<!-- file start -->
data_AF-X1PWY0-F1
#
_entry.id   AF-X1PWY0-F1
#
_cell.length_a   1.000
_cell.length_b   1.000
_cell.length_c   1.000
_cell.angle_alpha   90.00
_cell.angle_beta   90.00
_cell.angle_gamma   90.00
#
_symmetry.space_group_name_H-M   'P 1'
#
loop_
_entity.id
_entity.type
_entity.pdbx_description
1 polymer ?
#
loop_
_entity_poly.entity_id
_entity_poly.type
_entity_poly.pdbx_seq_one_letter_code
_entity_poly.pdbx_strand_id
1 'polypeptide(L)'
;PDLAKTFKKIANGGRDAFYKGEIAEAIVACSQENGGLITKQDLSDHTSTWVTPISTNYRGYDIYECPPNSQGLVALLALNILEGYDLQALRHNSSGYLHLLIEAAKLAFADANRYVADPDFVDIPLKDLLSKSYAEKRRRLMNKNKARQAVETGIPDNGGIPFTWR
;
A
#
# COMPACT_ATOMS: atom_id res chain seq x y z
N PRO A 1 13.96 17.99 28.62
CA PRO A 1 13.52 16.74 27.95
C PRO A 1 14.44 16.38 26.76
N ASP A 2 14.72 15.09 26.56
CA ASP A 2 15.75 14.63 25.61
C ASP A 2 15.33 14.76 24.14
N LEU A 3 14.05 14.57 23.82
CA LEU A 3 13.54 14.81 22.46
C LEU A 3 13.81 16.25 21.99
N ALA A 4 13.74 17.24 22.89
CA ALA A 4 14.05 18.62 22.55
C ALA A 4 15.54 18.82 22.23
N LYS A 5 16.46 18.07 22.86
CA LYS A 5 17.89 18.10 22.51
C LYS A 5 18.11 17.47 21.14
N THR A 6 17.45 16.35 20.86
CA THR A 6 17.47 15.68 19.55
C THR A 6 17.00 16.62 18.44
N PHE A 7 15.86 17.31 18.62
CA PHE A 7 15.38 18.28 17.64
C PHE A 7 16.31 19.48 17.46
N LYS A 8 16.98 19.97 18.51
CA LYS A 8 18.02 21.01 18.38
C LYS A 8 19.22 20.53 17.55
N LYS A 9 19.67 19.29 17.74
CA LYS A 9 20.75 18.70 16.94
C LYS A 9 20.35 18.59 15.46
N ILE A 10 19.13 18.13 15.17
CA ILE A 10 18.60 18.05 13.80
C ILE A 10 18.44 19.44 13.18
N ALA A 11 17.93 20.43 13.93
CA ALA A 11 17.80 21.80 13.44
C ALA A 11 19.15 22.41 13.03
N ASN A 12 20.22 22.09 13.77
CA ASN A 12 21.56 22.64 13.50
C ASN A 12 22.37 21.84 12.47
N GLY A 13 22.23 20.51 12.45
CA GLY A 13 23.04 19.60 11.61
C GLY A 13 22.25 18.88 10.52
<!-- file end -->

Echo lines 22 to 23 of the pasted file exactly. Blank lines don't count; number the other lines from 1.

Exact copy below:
_entity_poly.type
_entity_poly.pdbx_seq_one_letter_code